Council votes to oppose boundary review
North Tyneside councillors have voted to oppose a constituencies shake-up which would see the region lose two MPs.
The boundary review aims to make sure that every constituency has roughly the same number of voters, so that every vote in a general election is just as important.
If it goes ahead it means the borough’s voters could see some major changes before the next election.
It means some North Tyneside residents would be represented by a Newcastle MP.
The Newcastle North constituency would take in five wards in North Tyneside – Benton, Camperdown, Killingworth, Longbenton and Weetslade – together with four within the Newcastle City Council area – Castle, Fawdon and West Gosforth, Gosforth and Parklands – making an electorate of 74,087.
Also proposed is the creation of a Whitley Bay and Cramlington constituency that crosses the Northumberland boundary into North Tyneside.
The constituency would combine five of the borough’s wards – Monkseaton North, Monkseaton South, St Mary’s, Valley and Whitley Bay – with nine wards from the Northumberland County Council area. These would be Cramlington East, Cramlington Eastfield, Cramlington North, Cramlington South East, Cramlington Village, Cramlington West, Hartley, Holywell and Seghill with Seaton Delaval. The total electorate would be 74,510.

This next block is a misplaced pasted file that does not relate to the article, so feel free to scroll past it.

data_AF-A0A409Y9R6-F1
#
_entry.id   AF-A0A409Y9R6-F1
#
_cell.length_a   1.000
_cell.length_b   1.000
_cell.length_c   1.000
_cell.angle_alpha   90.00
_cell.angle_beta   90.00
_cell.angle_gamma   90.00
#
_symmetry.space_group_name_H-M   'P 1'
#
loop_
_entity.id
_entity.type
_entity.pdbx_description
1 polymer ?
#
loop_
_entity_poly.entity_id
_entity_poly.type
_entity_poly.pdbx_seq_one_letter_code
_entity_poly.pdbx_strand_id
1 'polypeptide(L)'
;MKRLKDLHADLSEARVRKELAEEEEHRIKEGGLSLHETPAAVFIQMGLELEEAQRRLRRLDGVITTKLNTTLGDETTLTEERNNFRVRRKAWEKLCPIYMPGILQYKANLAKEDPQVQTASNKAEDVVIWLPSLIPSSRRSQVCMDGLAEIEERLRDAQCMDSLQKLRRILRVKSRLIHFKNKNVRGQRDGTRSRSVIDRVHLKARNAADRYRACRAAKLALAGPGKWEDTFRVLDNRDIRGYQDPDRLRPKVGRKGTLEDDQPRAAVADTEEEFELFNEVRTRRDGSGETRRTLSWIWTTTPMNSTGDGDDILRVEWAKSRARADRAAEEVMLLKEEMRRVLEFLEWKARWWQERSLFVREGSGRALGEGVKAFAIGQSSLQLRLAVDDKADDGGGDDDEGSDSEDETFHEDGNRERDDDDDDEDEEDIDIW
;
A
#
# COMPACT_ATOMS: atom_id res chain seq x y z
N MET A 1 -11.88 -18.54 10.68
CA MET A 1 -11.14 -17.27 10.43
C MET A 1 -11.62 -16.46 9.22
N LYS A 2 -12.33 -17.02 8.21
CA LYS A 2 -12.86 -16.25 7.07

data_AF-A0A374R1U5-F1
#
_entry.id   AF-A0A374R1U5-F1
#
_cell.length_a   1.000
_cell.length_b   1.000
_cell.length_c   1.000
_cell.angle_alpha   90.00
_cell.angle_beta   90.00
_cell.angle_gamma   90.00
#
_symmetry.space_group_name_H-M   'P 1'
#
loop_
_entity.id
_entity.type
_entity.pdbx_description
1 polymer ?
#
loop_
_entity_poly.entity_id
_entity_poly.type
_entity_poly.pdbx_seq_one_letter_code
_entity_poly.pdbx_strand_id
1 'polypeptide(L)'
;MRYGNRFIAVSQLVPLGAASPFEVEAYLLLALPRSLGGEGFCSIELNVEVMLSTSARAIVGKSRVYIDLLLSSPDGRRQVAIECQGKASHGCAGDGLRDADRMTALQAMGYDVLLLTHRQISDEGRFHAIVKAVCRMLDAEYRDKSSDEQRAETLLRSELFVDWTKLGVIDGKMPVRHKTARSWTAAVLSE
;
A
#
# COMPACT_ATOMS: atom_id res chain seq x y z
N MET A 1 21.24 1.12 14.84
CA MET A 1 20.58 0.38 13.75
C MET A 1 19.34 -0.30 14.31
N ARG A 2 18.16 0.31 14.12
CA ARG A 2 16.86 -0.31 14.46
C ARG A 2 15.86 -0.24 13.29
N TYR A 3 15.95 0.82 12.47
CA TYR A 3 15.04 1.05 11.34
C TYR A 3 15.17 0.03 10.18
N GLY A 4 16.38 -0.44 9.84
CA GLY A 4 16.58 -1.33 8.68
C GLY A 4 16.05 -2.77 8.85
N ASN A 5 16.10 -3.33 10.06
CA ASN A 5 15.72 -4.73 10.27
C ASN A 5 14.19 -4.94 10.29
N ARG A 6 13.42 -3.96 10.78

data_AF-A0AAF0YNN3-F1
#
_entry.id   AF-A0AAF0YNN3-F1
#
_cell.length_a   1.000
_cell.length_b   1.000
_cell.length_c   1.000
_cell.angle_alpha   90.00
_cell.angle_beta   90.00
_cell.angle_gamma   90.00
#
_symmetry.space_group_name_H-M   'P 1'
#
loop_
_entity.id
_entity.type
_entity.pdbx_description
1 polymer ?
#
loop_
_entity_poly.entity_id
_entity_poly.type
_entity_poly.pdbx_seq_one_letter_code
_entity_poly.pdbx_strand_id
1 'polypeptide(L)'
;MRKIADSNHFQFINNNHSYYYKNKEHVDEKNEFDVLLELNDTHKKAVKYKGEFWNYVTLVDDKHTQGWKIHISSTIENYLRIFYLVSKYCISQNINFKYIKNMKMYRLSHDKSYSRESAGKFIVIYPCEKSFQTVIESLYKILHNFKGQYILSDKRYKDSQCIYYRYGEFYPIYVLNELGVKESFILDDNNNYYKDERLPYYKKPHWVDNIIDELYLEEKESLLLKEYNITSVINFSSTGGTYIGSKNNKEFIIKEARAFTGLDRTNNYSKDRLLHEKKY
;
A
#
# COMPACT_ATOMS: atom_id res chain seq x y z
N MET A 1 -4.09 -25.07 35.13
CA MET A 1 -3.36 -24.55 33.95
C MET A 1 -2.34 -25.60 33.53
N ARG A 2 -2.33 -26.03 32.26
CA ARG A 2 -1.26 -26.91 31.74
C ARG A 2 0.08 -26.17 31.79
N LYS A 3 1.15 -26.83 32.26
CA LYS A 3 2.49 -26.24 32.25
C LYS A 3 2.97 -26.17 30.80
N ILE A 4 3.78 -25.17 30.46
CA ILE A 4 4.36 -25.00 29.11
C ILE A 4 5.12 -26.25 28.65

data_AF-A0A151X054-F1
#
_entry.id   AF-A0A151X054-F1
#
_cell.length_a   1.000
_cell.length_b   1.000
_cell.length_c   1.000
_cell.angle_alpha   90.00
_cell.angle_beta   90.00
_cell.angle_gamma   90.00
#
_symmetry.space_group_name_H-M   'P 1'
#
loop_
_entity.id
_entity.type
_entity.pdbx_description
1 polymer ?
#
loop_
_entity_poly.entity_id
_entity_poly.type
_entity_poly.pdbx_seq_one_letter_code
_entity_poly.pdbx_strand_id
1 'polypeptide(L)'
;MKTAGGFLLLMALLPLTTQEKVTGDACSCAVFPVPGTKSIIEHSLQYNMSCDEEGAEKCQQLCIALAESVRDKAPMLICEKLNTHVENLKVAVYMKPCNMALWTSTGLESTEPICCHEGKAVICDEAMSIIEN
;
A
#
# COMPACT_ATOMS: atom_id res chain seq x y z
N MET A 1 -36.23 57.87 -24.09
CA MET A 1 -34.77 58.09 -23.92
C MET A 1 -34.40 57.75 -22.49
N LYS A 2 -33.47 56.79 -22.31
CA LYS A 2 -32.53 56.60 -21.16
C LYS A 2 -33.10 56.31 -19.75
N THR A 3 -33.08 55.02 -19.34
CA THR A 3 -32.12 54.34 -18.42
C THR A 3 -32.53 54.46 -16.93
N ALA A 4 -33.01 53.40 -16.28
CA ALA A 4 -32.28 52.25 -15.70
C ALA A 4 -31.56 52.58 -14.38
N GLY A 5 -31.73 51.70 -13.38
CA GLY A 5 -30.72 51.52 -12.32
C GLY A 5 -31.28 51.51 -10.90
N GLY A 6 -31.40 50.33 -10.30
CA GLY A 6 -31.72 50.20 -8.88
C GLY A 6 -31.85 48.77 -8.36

These changes mean the current North Tyneside seat would vanish.
Elected Mayor Norma Redfearn said that boundary commission should go back to the drawing board to allow impacted residents to stay within the borough’s constituencies.
Coun Martin Rankin, who represents Collingwood, said: “This is a dreadful proposition that tears apart affected communities across North Tyneside.”
Coun John Harrison, who represents Howdon, said residents need to understand it won’t impact which council serves them.
He added: “When you speak to people about this they need to understand this will not impact North Tyneside or the mayor or the council this is purely parliamentary constituencies.”
However, the authority’s Conservatives supported the proposals, with leader Sean Brockbank arguing that they would strengthen democracy.
The Monkseaton South councillor said: “The review of the Boundary Commission has been an independent exercise in democracy.
“It is about making sure we have the right number of constituents per constituency and it can only be good for the exercise of democratic sovereignty in UK parliament.”